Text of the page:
The “Seeds of Hope Nurturing Programme” serves to assist the beneficiary students in their schooling needs. Besides helping to enhance their quality of education, it also hopes to encourage parents to pay more attention to their children’s education. Every year, between April to October, home visit team members will personally hand-deliver the grants to the beneficiary students during their monthly visits. At the same time, the volunteers will learn about the students’ progress in school, and give them care and support. The latter are also encouraged to take part in Tzu Chi’s recycling activities, to learn how to love and care for Mother Earth.
There are six types of award in the “Seeds of Hope Meritorious Award Programme”, including “Filial Piety Award”, “Good Progress Award”, “Academic Excellence Award”, “Special Talent Award”, “Diligence Award”, and “Good Conduct Award”. Applicants of each Award will undergo a stringent 6-month observation by a home visit team, and volunteers will assess their eligibility for the Award in November, along with feedback from their schools and parents (which also serves as an evaluation criteria). An Awards ceremony will be held in December and the Awards will be conferred on successful applicants during the event. The student awardees will receive affirmation and commendation for their efforts, as well as encouragement to bravely pursue their dreams to turn their lives around.
Stories of Love and Compassion
Over 20 Years of Care for Centenarian
In 2015, centenarian Mdm Chen Xin Jing, who had an affinity with Tzu Chi that lasted for more than 20 years and was the Foundation’s longest-served beneficiary, passed away at the ripe old age of 107. In 1993, the then-85-year-old Mdm Chen, who was living alone, became a beneficiary of Tzu Chi. After her godson, Mr Gan Ri Xiong, passed on in 2008, Tzu Chi volunteers visited her monthly in the nursing home where she stayed. Although the elderly lady was quite poor at recognising faces then, she still remembered the blue and white clad Tzu Chi volunteers, and even bore a compassionate heart of wanting to contribute to help others in need.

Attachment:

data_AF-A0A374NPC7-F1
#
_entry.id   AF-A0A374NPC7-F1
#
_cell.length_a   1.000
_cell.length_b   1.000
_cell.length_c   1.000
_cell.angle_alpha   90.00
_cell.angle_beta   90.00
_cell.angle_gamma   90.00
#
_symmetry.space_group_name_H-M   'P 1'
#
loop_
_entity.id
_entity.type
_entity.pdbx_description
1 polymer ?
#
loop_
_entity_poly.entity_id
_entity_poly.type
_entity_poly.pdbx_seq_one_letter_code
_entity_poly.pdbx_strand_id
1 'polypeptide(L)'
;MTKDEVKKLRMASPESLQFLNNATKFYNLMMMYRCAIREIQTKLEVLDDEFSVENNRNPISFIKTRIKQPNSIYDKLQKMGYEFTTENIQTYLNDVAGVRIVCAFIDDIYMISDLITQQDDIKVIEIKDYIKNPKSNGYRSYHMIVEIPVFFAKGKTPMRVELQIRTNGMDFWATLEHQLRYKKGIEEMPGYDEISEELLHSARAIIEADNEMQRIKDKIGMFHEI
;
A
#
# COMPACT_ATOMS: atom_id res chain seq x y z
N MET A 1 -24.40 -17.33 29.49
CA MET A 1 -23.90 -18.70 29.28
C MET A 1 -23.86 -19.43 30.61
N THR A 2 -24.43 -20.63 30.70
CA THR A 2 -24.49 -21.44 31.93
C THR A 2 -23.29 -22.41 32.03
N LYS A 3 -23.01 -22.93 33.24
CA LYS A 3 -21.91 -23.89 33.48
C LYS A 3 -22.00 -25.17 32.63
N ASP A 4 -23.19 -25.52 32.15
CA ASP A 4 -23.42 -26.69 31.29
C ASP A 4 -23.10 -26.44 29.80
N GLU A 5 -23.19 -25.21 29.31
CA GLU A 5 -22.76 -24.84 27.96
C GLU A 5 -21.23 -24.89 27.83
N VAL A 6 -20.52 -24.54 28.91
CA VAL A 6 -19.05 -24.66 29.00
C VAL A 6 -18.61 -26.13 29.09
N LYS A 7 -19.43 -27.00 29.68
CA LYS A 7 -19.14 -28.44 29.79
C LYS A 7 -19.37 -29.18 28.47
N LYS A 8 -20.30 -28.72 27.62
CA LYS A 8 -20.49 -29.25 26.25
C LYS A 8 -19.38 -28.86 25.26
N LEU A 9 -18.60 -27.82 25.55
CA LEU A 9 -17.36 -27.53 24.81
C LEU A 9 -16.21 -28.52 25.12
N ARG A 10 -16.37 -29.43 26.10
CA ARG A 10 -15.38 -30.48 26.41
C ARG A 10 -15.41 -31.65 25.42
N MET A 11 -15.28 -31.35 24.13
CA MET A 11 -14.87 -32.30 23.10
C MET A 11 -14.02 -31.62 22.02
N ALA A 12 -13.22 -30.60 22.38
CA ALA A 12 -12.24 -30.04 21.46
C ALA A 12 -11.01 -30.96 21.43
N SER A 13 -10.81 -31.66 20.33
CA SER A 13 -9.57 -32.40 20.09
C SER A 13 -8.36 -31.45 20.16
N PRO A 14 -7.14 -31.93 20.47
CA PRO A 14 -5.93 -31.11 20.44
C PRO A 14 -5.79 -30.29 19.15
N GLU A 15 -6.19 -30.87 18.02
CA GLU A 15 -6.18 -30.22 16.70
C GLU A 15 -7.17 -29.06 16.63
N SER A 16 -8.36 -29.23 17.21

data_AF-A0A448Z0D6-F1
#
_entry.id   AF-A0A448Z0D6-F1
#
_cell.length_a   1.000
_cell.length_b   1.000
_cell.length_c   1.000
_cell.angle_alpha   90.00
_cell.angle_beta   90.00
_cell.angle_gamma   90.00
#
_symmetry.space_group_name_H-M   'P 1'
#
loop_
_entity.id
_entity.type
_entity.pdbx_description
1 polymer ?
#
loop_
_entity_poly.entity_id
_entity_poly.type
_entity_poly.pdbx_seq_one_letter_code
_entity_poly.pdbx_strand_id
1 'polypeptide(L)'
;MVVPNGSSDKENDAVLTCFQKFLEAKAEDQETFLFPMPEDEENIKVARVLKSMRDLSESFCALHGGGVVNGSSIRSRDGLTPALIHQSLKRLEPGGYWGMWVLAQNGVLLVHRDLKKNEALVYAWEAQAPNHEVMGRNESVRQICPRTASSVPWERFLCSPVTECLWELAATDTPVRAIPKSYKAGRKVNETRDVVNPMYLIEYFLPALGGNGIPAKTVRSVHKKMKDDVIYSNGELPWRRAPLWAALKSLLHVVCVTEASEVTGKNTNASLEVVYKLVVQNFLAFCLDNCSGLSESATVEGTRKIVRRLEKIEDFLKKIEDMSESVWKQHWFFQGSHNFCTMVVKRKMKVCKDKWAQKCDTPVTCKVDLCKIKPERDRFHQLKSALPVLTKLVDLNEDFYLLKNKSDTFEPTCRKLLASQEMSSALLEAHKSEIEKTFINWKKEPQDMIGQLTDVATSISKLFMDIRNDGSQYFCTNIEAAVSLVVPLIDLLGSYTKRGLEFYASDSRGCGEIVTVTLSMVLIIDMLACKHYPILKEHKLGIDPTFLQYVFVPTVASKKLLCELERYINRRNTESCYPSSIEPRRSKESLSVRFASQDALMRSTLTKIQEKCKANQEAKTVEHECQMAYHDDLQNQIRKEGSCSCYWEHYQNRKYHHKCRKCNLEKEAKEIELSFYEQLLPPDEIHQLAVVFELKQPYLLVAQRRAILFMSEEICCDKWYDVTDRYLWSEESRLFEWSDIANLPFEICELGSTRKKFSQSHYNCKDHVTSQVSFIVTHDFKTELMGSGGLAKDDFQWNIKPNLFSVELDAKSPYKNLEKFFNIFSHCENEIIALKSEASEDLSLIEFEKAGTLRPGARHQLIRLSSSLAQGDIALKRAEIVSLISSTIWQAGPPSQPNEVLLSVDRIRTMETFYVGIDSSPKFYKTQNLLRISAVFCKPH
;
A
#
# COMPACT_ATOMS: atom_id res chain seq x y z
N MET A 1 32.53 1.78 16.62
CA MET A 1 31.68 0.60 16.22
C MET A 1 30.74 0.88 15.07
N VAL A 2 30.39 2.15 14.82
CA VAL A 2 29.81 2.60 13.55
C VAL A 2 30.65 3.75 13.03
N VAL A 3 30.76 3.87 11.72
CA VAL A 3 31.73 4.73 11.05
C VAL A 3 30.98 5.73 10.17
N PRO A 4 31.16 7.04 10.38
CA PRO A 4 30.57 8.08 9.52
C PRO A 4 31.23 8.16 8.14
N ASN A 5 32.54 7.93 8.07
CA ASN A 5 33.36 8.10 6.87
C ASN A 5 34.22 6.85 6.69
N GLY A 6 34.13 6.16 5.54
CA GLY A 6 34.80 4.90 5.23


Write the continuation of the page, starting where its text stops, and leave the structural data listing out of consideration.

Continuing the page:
Going the Extra Mile
Under the government’s policy of “A Home for Every Resident”, the majority of the residents in Singapore have a shelter for themselves either through ownership or leasing. However, some of our aid/care beneficiaries, especially the elderly who are living alone, may have difficulties in the upkeep of their homes. Hence, our volunteers may need to assist with laundry, bathing, cleaning up, and even refurbishing their homes. While clearing or cleaning up a beneficiary’s home, volunteers will politely seek the opinion of the owner on whether or not to discard each of the items, as a sign of respect.
Grandpa Li’s Five-cent Coins
Mr Li Ti Xing, a senior citizen living alone, was unable to eat due to esophageal atrophy, and had to depend on a feeding tube for nutrition. Tzu Chi supplied the elderly man with nutritional milk, and volunteers made regular visits to care for him. After listening to the sharing of Tzu Chi’s news and stories over time, Mr Li not only started joining our recycling activities, but even generously contributed $80 from his meagre monthly welfare subsidy of $260, to help others in need. When Tzu Chi was fundraising for the South Asian Tsunami relief efforts, Mr Li donated his entire collection of five-cent coins, which he had painstakingly saved over many years. He passed on in 2007, and volunteers fulfilled his final wishes by accompanying him on his final journey.
Donate Be a Volunteer
As part of Singapore’s 56th National Day celebrations, some 250 migrant workers from over five dormitories were able to let their hair down and engage in various activities organised by several non-profit organisations including Tzu Chi Humanistic Youth Centre.
On the day before the eve of Hari Raya Haji, Tzu Chi Humanistic Youth Centre worked with Migrant Workers of Singapore to prepare a hometown festive dish, Kichuri (Lentil Risotto) and deliver it to the worker’s dormitory.
Singapore has over 60,000 confirmed COVID-19 cases, and migrant workers made up around ninety percent of these cases. During the pandemic, Tzu Chi works to support different communities in Singapore through a series of activities during this challenging period.